ROCK SPRINGS -- There's a lot of coal in Wyoming's history.
UW researchers are working to ensure there will be a lot of coal in its future as well.
Coal is huge to the state's economy and is helping to meet a lot of the nation's energy needs.
The state receives about $1.2 billion in revenues from the coal mining industry each year.
Wyoming's fossil fuel-based industries account for more than 10 percent of the nation's energy demand, predominantly through the extraction and export of coal, natural gas and oil.
But the country is in the midst of a transition to a lower-carbon economy as federal officials look for ways to reduce the release of carbon dioxide and other pollutants into the atmosphere.
The U.S. Environmental Protection Agency plans to begin regulating greenhouse gases including the CO2 produced by coal-fired power plants under the Clean Air Act in January. The agency has set a 2050 target date for an 80 percent reduction of greenhouse gas emissions.
State officials expect geologic carbon sequestration to play an important role in "bridging" that transition from fossil fuels to cleaner energy technologies.
Carbon capture and sequestration systems aim to reduce the amount of CO2 emitted by coal-fueled power plants. The process extracts carbon dioxide and stores it underground in depleted oil and gas reservoirs, or saline aquifers.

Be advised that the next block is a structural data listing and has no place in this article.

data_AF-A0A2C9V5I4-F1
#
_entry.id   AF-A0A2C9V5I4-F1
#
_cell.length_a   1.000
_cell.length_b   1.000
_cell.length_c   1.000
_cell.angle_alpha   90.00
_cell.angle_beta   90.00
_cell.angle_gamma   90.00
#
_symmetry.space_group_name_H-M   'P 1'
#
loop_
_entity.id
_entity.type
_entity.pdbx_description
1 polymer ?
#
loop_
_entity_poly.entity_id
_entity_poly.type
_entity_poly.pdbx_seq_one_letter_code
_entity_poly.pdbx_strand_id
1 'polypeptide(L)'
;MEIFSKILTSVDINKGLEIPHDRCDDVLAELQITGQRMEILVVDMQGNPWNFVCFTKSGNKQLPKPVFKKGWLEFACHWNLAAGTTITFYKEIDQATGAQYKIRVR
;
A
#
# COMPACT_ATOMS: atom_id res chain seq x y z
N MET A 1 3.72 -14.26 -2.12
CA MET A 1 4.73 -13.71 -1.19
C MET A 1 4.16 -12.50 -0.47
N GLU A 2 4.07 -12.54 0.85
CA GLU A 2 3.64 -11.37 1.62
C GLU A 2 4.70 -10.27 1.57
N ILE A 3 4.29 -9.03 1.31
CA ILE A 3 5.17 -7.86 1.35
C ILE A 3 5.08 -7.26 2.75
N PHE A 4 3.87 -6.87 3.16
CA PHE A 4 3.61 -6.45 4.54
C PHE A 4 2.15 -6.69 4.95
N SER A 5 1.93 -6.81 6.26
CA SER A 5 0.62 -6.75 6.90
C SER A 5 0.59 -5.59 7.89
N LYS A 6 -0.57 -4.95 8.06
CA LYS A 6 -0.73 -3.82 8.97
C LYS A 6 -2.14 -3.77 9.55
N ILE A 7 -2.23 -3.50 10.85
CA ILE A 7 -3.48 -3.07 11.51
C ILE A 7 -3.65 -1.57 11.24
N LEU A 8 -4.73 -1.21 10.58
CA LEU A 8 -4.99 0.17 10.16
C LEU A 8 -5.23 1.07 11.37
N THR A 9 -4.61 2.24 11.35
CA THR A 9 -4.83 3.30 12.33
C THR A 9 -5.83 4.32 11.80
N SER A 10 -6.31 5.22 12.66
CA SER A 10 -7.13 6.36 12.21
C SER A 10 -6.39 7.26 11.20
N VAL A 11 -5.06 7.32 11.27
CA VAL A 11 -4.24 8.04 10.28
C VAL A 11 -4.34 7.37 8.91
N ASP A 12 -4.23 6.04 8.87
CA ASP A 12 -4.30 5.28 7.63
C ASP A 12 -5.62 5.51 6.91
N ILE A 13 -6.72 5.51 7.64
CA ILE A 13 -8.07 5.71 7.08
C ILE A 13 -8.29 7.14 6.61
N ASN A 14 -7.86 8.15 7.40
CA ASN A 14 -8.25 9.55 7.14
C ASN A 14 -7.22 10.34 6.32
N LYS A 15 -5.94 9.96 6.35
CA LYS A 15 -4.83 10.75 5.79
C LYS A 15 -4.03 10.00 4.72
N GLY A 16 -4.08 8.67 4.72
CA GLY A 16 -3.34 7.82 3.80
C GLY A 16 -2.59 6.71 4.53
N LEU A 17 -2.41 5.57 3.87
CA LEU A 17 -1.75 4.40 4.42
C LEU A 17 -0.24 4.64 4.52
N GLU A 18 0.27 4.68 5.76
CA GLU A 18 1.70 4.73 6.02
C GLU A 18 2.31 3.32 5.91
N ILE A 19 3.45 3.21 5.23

State officials have determined southwest Wyoming has a promising geologic capacity for the permanent sequestration of CO2.
But there is no carbon sequestration industry in Wyoming yet.
Two years ago, Wyoming lawmakers allocated $45 million in federal Abandoned Mine Land grant funds for carbon capture and storage research, placing the state on the forefront of national carbon sequestration efforts.
The state is working to develop the legal and regulatory framework for geologic carbon sequestration in Wyoming.
At the same time, University of Wyoming scientists are pioneering the research needed to determine the best approach for capturing and permanently storing gases that contribute to global climate change, and how such an industry might work in Wyoming.
The Carbon Management Institute -- a part of the University of Wyoming School of Energy Resources -- is managing the first phase of the Carbon Underground Storage Project.
The effort includes researchers, administrators and staff from UW, the Wyoming State Geological Survey and industry partners such as Baker Hughes, Geokinectics, Emtek and Exxon Mobil.
CMI director Ron Surdam is the principal investigator for the $16.9 million, three-year project.
Over the next decade, the CMI will function as the project manager in the Rock Springs Uplift study.
The institute will also partner with a coalition of universities, national labs, state geological surveys, and non-governmental organizations to advance clean coal technologies and carbon sequestration in China.